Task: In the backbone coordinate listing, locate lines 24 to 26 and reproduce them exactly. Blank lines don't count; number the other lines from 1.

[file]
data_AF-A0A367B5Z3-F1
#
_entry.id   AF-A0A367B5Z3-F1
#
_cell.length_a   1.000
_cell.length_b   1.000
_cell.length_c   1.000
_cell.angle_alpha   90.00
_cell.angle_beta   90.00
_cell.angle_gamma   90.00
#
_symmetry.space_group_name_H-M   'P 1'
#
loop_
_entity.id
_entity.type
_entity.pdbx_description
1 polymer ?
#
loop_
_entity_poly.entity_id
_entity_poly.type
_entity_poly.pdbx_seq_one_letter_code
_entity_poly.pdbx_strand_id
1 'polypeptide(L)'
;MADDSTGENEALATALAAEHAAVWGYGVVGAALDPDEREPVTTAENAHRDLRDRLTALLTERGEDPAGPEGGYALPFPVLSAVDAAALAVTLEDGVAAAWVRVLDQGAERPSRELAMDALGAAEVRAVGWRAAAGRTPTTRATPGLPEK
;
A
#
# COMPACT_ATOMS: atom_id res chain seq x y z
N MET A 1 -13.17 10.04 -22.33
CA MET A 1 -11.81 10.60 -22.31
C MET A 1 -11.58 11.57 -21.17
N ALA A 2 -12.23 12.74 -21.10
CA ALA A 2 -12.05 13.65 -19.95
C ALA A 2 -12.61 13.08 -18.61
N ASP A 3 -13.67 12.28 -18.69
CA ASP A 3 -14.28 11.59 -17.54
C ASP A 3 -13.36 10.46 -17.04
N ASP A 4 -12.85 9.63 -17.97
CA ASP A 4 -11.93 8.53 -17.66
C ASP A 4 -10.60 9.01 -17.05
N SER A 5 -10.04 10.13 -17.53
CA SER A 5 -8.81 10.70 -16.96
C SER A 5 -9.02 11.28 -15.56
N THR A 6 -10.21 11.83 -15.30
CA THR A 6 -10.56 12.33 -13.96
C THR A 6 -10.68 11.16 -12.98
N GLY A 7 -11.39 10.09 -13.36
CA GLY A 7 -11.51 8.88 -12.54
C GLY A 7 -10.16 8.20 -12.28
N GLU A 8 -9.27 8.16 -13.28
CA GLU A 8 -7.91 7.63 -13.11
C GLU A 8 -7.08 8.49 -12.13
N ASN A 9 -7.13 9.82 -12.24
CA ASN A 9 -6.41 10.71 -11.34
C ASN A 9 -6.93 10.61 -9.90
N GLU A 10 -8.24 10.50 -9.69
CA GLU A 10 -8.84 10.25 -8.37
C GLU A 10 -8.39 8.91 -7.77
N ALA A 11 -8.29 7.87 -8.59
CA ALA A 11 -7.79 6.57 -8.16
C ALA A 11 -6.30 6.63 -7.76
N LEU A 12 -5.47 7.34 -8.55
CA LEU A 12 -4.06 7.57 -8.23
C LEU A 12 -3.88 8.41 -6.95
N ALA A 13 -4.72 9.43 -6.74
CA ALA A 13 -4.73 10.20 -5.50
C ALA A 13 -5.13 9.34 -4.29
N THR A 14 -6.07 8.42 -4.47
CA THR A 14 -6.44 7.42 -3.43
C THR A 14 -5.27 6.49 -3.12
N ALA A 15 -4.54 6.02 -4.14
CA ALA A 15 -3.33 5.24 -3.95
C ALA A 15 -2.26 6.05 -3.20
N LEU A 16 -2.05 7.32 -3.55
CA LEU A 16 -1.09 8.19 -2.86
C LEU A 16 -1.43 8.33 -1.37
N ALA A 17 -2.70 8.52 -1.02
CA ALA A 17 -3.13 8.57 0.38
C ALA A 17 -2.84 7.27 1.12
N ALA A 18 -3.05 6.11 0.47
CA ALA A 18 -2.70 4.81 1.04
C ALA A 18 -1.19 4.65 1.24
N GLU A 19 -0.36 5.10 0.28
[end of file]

_entity_poly.pdbx_strand_id
1 'polypeptide(L)'
;MADDSTGENEALATALAAEHAAVWGYGVVGAALDPDEREPVTTAENAHRDLRDRLTALLTERGEDPAGPEGGYALPFPVLSAVDAAALAVTLEDGVAAAWVRVLDQGAERPSRELAMDALGAAEVRAVGWRAAAGRTPTTRATPGLPEK